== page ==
E-cigarettes (e-cigs), battery-operated devices that deliver nicotine and flavorings to users through vapor, are growing in popularity despite scientific debate about their possible health risks. Already a billion dollar industry in the U.S., the e-cig market is projected to overtake traditional cigarette sales in the next decade.
The worst health consequences of smoking, including lung cancer, heart disease, and brain problems, are associated with inhaling tar and chemicals produced by burning tobacco. But it is the addictive properties of nicotine that keeps people physiologically hooked on cigarettes, according to the National Institute on Drug Abuse (NIDA). E-cigs provide nicotine. And the fact that millions of smokers are turning to e-cigarettes instead of other available nicotine replacements like nicotine gums and patches offers clues about why smoking cigarettes is so addictive in the first place.
There’s one big difference between e-cigs and other nicotine replacement systems. Electronic versions of cigarettes are designed to give users the feel and look of actually smoking — from the way an e-cig is held between your fingers to how you put the device to your lips and inhale. By simulating the cigarette experience so well, e-cigs might reactivate the habit in ex-smokers and those trying to quit, according to Harvard doctor Harvey B. Simon, MD.
In fact, there’s evidence just seeing people with e-cigs can trigger the craving to smoke. Researchers at the University of Pennsylvania Annenberg School for Communication found that looking at commercials featuring people inhaling e-cig vapor (vaping) or simply holding e-cigs sparked the urge to light up in both current and former smokers.
"These findings are especially relevant to ongoing health and policy discussions, as they indicate that it is not just the health impact of e-cigs and vaping themselves that must be considered,” University of Dayton communications professor Teresa Thompson, PhD, commented. “The interrelationship between tobacco smoking and media representations of the 'e' versions examined in this study make clear that portrayal of actions that just look like smoking has an effect on viewers who smoke or used to smoke."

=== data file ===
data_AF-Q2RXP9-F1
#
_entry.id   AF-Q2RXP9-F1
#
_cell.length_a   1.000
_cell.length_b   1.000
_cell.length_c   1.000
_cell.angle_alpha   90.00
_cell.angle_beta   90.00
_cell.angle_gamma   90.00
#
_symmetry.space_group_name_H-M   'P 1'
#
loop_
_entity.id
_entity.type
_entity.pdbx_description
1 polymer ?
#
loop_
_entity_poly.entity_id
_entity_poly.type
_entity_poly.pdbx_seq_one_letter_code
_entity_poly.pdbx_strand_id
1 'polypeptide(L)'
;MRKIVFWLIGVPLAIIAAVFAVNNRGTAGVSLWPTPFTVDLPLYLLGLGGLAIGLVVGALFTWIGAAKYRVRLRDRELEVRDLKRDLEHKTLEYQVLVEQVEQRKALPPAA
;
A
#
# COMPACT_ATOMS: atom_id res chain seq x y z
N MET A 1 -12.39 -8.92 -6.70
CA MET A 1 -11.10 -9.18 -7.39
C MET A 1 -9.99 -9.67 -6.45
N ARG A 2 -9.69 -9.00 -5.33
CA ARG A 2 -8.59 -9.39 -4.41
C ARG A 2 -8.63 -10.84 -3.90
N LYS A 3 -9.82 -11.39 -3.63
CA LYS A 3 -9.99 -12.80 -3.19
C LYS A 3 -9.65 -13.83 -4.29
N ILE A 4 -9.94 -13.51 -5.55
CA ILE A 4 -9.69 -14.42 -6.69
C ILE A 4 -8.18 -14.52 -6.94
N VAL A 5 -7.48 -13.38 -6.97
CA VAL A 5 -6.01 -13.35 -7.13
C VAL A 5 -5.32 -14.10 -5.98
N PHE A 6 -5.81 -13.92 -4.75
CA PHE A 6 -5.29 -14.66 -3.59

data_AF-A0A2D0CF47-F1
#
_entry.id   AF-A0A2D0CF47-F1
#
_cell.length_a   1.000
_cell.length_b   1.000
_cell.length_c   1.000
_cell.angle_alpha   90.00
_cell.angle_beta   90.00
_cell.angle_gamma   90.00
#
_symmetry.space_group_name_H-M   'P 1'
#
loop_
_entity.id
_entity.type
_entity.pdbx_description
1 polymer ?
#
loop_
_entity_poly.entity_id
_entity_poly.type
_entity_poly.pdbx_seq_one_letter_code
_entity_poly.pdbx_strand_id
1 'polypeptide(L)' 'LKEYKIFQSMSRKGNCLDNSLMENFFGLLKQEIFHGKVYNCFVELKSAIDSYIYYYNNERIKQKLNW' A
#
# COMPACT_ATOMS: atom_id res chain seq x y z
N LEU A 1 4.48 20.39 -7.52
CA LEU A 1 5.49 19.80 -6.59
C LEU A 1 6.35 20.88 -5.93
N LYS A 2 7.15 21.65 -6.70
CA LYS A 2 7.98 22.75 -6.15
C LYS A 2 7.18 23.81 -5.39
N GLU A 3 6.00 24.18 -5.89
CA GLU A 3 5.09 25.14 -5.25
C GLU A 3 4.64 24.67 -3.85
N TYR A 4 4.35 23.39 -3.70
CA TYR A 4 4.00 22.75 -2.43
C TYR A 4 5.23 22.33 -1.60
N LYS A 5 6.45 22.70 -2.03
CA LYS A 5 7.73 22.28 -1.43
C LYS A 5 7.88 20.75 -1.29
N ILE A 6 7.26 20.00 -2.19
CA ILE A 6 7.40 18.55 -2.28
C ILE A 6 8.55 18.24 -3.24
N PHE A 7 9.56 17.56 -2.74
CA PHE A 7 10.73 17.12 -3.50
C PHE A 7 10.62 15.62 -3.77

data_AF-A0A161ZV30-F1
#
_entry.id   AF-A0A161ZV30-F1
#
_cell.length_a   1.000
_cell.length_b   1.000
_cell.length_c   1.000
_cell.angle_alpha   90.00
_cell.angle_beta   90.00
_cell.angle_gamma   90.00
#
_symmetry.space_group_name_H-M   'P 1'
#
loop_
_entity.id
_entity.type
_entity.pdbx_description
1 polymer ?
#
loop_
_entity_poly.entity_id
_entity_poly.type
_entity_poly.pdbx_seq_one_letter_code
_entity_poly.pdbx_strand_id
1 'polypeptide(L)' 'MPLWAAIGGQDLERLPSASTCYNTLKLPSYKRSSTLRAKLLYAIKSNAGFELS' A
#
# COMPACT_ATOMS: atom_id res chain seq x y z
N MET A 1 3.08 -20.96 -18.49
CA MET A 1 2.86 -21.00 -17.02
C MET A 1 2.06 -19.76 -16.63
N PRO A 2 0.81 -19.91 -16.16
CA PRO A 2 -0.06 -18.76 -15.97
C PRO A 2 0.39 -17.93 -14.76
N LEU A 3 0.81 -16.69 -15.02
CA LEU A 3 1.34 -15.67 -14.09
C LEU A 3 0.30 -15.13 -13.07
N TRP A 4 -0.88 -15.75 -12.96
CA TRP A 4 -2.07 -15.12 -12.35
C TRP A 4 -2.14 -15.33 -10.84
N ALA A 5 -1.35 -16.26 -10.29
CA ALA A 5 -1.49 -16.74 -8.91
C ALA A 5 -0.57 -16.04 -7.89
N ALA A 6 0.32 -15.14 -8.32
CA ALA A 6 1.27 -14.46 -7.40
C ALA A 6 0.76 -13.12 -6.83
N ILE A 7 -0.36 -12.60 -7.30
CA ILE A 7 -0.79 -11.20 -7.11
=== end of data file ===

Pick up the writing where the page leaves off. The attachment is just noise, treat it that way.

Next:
How can seeing someone vaping in a commercial encourage cigarette addiction? The perceived “cool factor” clearly has an appeal, as do the available flavors for e-cigarettes, especially for young people, and can spur them to try e-cigs for the first time.
“The advertising is certainly working very hard to make (e-cigarette smoking) glamorous and sexy, and the numbers that we’re seeing certainly suggest that for a lot of young people, it’s a new, trendy, cool thing to try,” Robin Koval, CEO of the anti-smoking nonprofit group Legacy told Fox News. “They think it’ll be easy for them to quit later on, but once your brain gets that taste of nicotine, it actually won’t.”
Young people who are already regular cigarettes users can also be triggered to smoke more when they see people around them using e-cigs, according to a University of Chicago study.
"It's important to note that there could be effects of being in the company of an e-cigarette user, particularly for young smokers. For example, it's possible that seeing e-cigarette use may promote more smoking behavior and less quitting," said researcher Andrea King, PhD, professor of psychiatry and behavioral neuroscience at the University of Chicago.
June 18, 2015
Christopher Nystuen, MD, MBA